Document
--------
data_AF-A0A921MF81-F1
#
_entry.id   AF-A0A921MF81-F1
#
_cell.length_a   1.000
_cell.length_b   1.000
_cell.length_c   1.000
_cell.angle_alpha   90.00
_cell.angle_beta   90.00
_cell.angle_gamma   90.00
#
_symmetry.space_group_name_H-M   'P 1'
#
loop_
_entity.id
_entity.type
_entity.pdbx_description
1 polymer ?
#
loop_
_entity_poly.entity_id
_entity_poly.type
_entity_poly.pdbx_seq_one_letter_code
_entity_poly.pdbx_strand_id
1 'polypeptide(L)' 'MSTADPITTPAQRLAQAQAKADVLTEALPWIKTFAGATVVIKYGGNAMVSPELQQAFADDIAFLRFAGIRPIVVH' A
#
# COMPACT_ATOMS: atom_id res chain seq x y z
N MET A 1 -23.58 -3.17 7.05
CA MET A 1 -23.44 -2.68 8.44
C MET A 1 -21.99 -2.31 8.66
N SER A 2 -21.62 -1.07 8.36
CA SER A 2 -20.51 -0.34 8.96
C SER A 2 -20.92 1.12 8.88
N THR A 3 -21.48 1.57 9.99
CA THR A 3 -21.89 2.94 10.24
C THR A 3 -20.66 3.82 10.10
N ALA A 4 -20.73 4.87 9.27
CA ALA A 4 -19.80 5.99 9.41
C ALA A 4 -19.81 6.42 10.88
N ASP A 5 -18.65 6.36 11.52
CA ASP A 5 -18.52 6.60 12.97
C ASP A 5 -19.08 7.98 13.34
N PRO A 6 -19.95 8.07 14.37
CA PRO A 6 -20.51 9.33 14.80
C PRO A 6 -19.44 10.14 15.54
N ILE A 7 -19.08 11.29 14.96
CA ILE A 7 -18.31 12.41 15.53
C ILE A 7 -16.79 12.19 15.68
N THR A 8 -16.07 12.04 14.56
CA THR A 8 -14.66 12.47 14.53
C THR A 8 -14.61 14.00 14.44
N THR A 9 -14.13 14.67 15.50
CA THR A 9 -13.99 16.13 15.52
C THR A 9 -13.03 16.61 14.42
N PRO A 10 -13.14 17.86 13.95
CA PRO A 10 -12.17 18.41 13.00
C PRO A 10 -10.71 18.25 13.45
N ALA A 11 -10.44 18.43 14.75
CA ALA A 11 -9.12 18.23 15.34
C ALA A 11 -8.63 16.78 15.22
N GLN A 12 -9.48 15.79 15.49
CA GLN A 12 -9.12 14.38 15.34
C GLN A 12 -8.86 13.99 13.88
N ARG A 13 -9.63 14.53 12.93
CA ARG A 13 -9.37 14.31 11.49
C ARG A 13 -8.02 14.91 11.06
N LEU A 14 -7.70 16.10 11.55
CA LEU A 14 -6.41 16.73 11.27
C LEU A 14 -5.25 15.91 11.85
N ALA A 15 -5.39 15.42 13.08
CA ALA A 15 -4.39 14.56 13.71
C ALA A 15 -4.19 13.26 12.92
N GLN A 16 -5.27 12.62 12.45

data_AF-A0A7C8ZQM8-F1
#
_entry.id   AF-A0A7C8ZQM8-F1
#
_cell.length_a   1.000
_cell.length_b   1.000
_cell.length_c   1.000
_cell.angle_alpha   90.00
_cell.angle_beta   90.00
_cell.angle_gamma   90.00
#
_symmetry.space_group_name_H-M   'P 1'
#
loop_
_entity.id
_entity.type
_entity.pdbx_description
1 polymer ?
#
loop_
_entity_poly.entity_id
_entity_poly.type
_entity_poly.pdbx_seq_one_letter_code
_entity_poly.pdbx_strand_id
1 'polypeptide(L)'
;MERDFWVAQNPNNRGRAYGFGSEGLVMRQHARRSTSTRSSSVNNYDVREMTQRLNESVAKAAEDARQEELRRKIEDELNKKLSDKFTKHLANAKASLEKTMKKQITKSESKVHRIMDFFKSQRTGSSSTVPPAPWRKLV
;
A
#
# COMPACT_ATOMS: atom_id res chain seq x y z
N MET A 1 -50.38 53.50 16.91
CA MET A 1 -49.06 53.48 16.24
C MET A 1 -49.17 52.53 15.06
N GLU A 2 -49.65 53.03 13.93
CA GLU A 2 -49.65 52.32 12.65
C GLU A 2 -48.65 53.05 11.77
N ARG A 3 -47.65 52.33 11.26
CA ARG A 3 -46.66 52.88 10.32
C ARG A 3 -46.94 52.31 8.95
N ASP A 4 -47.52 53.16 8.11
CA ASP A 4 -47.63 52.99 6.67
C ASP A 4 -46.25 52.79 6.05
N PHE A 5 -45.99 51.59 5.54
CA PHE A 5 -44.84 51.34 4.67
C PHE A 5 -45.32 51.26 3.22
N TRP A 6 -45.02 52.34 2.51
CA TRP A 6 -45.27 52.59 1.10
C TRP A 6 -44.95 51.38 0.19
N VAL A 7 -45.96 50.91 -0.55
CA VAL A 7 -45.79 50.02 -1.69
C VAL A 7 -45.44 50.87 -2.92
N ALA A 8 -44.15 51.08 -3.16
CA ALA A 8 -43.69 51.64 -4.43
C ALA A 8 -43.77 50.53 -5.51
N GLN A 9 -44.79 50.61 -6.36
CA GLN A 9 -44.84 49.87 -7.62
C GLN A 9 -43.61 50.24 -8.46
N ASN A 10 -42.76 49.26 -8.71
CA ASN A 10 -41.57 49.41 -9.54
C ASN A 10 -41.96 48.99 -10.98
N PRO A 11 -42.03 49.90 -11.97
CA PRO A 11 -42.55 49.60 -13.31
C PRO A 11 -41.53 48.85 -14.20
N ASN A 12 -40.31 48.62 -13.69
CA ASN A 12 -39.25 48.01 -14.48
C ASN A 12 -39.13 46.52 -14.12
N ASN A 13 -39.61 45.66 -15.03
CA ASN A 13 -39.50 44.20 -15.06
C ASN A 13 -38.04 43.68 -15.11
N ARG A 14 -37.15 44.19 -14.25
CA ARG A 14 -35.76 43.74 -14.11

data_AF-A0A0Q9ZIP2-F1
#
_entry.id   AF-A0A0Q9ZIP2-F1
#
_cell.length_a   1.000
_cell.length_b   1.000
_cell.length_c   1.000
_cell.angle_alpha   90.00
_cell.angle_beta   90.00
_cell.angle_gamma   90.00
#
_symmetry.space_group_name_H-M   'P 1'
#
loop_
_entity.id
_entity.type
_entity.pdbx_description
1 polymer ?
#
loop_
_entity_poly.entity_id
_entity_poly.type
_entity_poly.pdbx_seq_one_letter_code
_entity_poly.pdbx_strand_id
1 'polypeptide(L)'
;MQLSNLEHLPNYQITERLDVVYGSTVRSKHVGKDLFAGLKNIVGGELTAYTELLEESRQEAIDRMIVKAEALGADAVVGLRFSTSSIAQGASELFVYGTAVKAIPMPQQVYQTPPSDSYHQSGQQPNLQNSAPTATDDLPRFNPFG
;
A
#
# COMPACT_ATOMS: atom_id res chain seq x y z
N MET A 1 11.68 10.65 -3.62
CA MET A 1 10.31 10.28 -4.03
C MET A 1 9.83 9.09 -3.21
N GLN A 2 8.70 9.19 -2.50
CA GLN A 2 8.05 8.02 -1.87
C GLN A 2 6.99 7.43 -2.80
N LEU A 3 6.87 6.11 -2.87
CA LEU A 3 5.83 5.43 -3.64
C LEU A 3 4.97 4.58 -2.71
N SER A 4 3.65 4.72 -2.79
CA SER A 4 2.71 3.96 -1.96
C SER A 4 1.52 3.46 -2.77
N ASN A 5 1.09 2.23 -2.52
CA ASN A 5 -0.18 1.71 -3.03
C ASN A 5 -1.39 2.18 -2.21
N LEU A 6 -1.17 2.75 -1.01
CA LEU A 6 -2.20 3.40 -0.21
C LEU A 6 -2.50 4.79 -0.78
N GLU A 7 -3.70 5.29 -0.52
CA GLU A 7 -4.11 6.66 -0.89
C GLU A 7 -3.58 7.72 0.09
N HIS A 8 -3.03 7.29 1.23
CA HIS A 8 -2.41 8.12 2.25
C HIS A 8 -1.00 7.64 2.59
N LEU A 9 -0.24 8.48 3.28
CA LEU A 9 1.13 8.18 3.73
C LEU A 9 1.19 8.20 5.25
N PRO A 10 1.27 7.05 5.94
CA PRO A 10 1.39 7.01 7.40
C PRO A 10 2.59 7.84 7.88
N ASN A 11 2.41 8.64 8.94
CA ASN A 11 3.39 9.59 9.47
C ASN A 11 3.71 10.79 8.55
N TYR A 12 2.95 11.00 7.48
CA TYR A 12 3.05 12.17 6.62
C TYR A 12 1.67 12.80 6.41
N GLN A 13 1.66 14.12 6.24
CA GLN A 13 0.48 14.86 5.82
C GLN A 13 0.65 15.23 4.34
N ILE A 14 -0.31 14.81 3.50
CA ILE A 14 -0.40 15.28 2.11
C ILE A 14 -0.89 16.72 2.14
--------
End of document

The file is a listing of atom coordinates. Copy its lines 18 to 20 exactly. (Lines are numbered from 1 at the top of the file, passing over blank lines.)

1 polymer ?
#
loop_